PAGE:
Decades ago, I studied abroad in Moscow, in the Soviet Union. One day, my Russian friends and I were walking along at VDNkh and came across a billboard that read Выставка ПрогрессаVystavka Progressa. One friend decided to translate the billboard: “The exhibition of the progress.”
“Uh, no,” I responded. “Just ‘the exhibition of progress.'”
“I don’t know.”
Native speakers of English usually have no trouble with the use of the definite article the or the indefinite article a/an, but we can’t always explain the rule for their use. And non-native speakers, especially ones whose native languages are like Russian and lack both definite and indefinite articles, often have a really hard time figuring out when to use them.
So, for the benefit of learners of English and native speakers alike, let’s explore how definite and indefinite articles in English are used.
To say that our cultural consciousness on matters of gender identity is rapidly evolving is an understatement. In a few short years, our awareness as a culture went from practically none to a kind of “how could you not know that?” state. Let me give you a quick illustration.
For many years, I had the privilege of working in a campus ministry context. The community I served was a community of students committed to sharing the radical, all-inclusive love of God with a broken world through acts of worship, devotion, service, hospitality, and especially social justice. Of the religious communities on campus, aside from the Unitarians, they were by far the most progressive.
Once, at a student leadership meeting in 2010, one of the students made an announcement about the men’s group breakfast the following weekend. “So, if you like Canadian bacon and don’t have a uterus, you’re welcome to come.” In three years’ time, in that same community—a community that would invite “all female and female-identifying persons” to attend women’s group meetings—this comment would have been viewed as terribly transphobic. But in 2010, no one even batted an eye—in the most progressive and social justice-conscious religious community on a very liberal campus.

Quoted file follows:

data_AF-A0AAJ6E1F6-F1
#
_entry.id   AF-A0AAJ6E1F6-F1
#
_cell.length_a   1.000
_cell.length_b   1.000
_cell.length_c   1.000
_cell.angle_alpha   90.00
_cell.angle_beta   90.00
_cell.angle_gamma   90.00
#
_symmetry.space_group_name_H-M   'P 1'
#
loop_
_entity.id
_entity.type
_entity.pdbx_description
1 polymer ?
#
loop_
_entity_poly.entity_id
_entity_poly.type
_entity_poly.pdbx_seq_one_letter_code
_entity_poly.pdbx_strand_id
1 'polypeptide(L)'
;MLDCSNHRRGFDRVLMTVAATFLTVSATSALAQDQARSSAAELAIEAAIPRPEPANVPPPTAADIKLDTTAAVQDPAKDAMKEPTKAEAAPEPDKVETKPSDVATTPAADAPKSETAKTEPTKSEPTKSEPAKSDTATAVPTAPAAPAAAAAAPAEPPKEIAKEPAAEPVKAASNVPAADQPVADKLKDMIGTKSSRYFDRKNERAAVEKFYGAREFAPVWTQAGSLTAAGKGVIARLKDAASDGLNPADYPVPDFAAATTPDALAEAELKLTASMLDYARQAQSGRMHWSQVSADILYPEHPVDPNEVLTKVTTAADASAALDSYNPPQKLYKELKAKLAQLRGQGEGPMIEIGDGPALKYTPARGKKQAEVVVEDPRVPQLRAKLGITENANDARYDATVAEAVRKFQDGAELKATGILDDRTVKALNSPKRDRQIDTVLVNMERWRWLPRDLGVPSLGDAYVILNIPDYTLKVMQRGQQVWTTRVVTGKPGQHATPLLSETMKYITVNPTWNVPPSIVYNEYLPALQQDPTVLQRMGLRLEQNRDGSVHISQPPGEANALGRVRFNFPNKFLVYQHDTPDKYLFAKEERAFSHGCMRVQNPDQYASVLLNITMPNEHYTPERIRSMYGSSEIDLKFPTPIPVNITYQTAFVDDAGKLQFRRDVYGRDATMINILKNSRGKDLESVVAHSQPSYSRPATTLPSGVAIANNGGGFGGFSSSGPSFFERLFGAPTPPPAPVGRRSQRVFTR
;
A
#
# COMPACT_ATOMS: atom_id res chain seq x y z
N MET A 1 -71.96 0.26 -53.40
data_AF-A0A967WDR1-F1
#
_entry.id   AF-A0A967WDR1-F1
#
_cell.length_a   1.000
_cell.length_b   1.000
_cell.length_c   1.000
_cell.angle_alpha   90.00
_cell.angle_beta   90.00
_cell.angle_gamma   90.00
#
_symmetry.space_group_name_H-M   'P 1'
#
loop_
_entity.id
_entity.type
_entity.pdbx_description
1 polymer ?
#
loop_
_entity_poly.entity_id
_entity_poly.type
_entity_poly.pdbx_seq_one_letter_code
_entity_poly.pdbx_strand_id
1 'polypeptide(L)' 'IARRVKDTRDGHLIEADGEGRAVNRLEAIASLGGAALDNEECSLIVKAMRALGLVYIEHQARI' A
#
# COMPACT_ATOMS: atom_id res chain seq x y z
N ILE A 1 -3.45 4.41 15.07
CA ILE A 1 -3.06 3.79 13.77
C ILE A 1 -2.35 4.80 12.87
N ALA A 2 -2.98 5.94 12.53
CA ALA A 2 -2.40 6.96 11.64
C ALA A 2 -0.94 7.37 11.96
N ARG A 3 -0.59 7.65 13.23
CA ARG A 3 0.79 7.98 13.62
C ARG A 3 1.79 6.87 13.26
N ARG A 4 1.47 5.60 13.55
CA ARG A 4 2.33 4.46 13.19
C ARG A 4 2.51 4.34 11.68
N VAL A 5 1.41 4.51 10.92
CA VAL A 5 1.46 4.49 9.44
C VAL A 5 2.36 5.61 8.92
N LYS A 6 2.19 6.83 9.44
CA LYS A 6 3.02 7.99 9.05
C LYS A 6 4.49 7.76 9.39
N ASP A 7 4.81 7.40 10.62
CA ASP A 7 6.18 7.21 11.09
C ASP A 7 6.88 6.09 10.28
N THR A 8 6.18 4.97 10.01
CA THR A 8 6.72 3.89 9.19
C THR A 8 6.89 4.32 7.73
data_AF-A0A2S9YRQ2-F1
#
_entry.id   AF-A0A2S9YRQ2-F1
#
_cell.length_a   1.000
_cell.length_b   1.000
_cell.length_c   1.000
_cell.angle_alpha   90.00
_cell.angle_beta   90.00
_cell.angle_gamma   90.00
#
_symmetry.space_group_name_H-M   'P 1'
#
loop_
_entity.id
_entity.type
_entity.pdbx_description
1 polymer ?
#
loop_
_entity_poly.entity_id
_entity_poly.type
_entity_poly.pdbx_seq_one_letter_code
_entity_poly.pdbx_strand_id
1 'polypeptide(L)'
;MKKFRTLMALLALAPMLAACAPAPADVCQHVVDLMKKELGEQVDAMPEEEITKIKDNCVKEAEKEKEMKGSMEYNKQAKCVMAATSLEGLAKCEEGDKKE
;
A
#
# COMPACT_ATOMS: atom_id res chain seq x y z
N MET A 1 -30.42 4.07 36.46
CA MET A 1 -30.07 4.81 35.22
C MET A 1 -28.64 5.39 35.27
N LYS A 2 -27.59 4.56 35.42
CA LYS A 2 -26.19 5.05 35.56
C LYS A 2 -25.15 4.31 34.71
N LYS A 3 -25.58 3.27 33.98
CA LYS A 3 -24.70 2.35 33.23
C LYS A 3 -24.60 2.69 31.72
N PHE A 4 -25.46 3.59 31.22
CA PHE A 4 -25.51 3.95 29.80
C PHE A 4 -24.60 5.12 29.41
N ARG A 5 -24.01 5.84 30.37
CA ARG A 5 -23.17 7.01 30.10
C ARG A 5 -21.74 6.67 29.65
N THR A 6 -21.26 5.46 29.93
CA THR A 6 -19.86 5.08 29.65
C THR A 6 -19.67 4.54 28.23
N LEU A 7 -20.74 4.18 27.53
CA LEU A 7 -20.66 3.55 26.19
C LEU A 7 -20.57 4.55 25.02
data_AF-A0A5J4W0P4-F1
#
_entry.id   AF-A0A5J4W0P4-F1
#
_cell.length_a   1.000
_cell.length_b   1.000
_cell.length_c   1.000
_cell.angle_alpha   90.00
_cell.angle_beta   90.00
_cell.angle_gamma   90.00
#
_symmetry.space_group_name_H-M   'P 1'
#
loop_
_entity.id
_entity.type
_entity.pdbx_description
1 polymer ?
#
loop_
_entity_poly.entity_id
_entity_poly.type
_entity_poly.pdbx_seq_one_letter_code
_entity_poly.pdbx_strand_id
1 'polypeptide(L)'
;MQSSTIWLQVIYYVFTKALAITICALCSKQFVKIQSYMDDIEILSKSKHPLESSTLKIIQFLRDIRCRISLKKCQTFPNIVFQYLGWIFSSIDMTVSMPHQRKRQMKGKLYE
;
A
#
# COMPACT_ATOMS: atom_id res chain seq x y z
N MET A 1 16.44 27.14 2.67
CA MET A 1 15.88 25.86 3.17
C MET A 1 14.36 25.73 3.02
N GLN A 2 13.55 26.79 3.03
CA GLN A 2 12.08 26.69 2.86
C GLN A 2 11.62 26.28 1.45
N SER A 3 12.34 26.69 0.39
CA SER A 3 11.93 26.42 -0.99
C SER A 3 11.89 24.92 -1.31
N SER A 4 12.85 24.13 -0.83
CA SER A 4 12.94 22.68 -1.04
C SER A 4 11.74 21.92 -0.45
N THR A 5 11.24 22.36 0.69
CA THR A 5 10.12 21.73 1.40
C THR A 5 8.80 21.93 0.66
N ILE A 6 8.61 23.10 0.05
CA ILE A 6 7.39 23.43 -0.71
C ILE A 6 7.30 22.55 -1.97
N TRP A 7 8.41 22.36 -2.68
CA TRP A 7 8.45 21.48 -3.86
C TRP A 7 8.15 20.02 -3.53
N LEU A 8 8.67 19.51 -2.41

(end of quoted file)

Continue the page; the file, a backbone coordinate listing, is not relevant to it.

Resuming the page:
The speed of this change means that a lot of people are still catching up to the understandings of gender and how it differs from sex and biology. But it also means that even for well-meaning older folks, there are different obstacles that are hard to eradicate in quick order.
In every language, there is a grammatical rule that is so embedded into the language that its native speakers are barely aware of it, even as non-native students of the language struggle to master it.
When I studied abroad in the Soviet Union,1Younger readers, ask your parents; it was a country more or less where Russia is now. I remember having a conversation with some Russian friends about the challenges of learning each other’s languages. “What’s the hardest thing about Russian grammar?” one of my friends asked me. “Oh, that’s easy,” I answered. “Verbs of motion.” (I even said this in Russian.)
“Verbs of what?” came my friend’s confused reply. He had never even heard of this category of verb—a category that bedevils students of Russian to this day. I explained what I was talking about, but it was clear that he was still mystified.
“Your turn,” I said. “What’s the hardest thing about English?”
Space: the final frontier. These are the voyages of the starship Enterprise. Its five-year mission: to explore strange new worlds, to seek out new life and new civilizations, to boldly go where no man has gone before!
Star Trek, 1966–1969
With these words a new era in science-fiction was launched, and the mission not only of the Enterprise but of an entire franchise was declared.
But these words also irritated an awful lot of grammar purists.
“To boldly go?” they objected. “That’s a split infinitive. That’s bad grammar!”
But why? What is so wrong with saying to boldly go? To understand that, you have to understand something about the history of English.
Unlike many of the so-called “grammar rules” that are really style rules, the rule against dangling participles is a good one.
A Dangling What, Now?
A participle is a verbal adjective that comes in two main varieties: the present participle, usually formed with -ing, and the past participle, usually formed with -ed. These verbal adjectives generally function the way other adjectives do:
The flowing water pours out of the fountain.
The disrespected attorney lost his practice.
In addition, participles can head a phrase that modifies a noun in a sentence:
I saw the dog running down the street.
She hit the car parkedin the driveway.
Sitting in the park, I awaited my true love.
Beaten back by the revolutionaries, the army fled the field.